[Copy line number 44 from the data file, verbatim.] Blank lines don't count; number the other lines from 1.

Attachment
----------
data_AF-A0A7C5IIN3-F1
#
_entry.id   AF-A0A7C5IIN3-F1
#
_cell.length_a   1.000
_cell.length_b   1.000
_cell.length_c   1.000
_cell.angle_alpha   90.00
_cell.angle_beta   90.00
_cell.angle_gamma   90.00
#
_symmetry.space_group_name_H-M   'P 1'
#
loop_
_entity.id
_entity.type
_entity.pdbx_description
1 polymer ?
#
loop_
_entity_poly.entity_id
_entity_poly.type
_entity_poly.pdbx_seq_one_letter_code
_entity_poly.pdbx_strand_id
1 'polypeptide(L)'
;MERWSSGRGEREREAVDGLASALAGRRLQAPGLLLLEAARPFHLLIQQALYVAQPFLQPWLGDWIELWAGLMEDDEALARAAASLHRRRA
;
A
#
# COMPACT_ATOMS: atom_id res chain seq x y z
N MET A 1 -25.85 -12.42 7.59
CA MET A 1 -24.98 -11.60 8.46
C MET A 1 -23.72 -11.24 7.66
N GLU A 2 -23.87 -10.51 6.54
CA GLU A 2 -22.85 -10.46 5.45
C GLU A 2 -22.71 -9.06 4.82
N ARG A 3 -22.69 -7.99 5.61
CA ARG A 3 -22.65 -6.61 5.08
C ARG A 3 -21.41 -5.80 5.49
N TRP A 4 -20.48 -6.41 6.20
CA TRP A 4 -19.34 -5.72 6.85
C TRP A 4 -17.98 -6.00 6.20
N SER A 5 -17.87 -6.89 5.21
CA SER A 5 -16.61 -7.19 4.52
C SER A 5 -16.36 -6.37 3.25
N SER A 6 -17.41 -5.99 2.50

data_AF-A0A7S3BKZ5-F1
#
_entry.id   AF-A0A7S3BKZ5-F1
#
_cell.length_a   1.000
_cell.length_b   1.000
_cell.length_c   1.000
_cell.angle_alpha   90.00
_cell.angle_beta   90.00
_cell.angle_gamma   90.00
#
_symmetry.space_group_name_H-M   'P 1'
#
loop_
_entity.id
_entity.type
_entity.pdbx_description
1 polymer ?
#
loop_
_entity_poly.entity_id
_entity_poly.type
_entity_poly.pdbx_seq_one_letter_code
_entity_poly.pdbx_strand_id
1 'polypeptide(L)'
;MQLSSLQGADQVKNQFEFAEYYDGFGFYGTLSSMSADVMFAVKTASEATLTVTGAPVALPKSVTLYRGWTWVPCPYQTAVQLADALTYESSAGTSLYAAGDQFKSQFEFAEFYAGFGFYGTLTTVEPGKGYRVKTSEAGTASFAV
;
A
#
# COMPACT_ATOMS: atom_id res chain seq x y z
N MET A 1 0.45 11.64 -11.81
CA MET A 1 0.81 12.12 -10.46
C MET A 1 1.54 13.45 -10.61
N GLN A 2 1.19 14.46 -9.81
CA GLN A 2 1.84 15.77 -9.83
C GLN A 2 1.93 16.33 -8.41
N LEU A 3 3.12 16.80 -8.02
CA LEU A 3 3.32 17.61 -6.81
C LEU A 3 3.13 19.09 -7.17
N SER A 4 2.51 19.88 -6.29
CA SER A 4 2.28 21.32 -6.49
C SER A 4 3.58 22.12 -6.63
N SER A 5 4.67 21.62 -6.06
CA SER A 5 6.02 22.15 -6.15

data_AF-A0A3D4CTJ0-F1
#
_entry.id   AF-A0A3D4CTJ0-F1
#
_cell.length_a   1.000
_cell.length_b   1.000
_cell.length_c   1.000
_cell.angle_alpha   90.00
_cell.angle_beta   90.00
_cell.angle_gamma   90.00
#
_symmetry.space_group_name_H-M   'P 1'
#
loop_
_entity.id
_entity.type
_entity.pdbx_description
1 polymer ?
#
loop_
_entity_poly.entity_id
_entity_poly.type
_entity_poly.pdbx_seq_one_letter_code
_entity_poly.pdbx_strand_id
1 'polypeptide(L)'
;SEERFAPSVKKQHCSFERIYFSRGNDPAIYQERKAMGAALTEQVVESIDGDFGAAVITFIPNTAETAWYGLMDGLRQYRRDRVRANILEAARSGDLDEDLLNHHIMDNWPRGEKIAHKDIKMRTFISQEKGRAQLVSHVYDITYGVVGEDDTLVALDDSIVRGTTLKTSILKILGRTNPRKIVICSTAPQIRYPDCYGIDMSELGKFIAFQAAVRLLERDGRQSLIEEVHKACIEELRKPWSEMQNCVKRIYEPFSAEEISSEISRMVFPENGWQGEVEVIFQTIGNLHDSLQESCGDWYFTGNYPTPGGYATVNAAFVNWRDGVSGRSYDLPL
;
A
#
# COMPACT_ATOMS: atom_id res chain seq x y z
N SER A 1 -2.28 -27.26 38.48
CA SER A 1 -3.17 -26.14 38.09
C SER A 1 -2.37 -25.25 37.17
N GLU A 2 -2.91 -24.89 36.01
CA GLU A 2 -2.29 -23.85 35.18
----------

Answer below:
CA SER A 5 -16.61 -7.19 4.52